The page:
“Grandma always says, ‘Have chicken noodle soup when you’re sick,’” said Jordan Hawkins, senior research scientist at Missouri State University’s Center for Biomedical and Life Sciences.
Along with Dr. Paul Durham, distinguished professor of biology and director of the CBLS in the Jordan Valley Innovation Center, she is conducting research on International Dehydrated Foods’ chicken broth products and their relationship to inflammation and pain. This research has been funded by several grants from IDF totaling more than $100,000.
Chicken soup reduces inflammation
“It’s strange that throughout all the different cultures, these different broth products are almost used as medicinal,” said Hawkins.
Testing IDF’s broth against others on the market as well as several homemade broths, they realized the IDF composition was superior in reducing pain and inflammation by decreasing levels of the pro-inflammatory protein PKA. The exact mechanism is still a line of investigation in the lab.
Hawkins believes that the patented process by which IDF prepares their broth makes available more of the nutrients, which helps the body absorb and utilize the beneficial molecules to promote health.
“We actually showed that by eating approximately one bowl of chicken soup per day of their product was sufficient to inhibit the development of chronic pain in the head and face,” stated Hawkins.
They also discovered that consuming chicken broth changes the gut microbiome in a manner similar to ingesting a prebiotic like yogurt, and thus may be helpful in the treatment of IBS or irritable bowel syndrome.
Pungent odor triggers migraine
Much of the work conducted in the CBLS laboratory relates to chronic pain, especially in the orofacial region. They search to identify risk factors and triggers of migraine attacks and temporomandibular disorders (TMD) pain, and also research ways to inhibit the neurological pathways to block the pain.
They’ve found that having neck and shoulder tenderness and pain caused by muscle inflammation can act as a risk factor to cause sensitization (a lowering of the activation threshold) of trigeminal nerves, which are the nerves involved in the pain of migraine and TMD.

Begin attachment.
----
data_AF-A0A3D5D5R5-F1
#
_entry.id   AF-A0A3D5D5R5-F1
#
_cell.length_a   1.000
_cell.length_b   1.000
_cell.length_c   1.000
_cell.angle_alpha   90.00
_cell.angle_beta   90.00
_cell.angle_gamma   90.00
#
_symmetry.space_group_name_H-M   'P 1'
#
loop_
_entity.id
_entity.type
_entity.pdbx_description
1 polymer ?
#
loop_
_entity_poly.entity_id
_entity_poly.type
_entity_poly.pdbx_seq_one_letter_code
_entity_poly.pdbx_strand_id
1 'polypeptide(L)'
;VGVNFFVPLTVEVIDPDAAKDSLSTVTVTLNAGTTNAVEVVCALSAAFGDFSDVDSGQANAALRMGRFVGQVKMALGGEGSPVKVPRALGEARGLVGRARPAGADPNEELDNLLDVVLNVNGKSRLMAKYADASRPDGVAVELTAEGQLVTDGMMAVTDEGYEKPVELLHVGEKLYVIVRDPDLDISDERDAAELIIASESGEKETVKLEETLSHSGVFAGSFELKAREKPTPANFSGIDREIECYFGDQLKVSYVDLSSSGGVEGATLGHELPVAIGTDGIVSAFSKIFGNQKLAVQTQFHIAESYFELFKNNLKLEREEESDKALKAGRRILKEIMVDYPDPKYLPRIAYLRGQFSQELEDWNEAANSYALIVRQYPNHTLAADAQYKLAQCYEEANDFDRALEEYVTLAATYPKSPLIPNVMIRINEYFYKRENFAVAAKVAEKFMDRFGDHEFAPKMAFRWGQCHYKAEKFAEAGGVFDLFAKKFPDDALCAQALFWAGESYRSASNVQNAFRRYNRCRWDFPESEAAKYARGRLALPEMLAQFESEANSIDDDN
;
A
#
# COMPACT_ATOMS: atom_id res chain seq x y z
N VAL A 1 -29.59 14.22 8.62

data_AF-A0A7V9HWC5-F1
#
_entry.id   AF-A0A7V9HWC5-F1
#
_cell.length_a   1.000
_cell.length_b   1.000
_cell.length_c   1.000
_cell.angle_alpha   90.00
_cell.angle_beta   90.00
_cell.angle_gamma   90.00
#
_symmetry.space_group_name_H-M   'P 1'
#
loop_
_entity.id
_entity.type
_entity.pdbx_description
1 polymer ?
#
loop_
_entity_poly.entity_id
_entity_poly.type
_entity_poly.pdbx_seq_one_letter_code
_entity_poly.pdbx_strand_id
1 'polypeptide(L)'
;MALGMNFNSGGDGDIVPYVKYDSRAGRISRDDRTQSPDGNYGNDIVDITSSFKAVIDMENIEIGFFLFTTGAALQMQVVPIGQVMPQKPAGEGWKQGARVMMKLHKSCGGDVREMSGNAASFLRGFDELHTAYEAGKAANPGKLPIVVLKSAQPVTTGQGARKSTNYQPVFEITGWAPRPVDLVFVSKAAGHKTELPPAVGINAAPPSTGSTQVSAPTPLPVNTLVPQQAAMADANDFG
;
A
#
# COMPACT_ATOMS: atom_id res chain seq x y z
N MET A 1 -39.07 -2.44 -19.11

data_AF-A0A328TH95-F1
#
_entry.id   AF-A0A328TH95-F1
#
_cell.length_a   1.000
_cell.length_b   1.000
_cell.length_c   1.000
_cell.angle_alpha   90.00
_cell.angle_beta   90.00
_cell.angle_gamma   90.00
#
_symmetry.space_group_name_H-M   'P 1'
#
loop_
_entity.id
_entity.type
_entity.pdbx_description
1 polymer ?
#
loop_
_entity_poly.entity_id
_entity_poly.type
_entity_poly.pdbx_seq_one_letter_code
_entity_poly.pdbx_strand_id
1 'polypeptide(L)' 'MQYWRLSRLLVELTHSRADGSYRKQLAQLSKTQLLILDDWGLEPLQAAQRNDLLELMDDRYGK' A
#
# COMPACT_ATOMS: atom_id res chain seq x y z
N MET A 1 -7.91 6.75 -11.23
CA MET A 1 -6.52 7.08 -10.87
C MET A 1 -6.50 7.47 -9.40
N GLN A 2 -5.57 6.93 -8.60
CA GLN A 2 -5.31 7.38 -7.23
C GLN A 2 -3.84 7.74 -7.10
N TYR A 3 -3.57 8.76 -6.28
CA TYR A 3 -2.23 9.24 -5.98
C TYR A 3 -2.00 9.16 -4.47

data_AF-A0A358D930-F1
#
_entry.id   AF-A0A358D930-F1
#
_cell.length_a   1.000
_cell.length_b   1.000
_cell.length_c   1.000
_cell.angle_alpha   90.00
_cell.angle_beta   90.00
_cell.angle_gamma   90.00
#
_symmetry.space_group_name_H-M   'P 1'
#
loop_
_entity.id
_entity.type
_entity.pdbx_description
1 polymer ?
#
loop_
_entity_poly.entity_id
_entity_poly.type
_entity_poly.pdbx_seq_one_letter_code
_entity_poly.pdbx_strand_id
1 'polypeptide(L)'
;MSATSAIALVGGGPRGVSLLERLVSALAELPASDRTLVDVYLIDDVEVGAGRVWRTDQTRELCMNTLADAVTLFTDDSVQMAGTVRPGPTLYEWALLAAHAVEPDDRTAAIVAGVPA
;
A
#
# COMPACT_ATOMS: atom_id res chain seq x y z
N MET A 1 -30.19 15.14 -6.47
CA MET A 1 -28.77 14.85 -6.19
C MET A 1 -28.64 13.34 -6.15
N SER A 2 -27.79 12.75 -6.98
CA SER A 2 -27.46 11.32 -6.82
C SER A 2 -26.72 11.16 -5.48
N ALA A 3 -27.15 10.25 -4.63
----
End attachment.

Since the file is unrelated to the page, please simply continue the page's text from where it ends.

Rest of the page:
The Durham lab has discovered that when trigeminal nerves are in a sensitized state, as is commonly reported by migraine and TMD patients, they can be triggered or activated by strong odors.
A trigger migraineurs routinely cite is pungent odors such as strong perfume and many spices, so Hawkins has conducted some studies on the California Bay Leaf.
“It’s also nicknamed the headache tree because when the wind blows, individuals susceptible to migraines are likely to experience one,” she said.
Vagus nerve stimulation
One way pain is abated is through massage or stimulation. Through a $10,000 grant from electroCore, Hawkins and Durham have been studying the effectiveness of electroCore transdermal vagus nerve stimulation. More than anything, they say they are attempting to tease out where in the pain pathways it works and how.
The vagus nerve, which is located near your carotid artery, regulates heart rate and the function of the digestive tract, as well as having a role in pain modulation.
“The advantage of this technology is that it provides a non-invasive method to block the pain pathways activated during a migraine attack and thus others a non-pharmacological means to help manage migraine,” added Durham.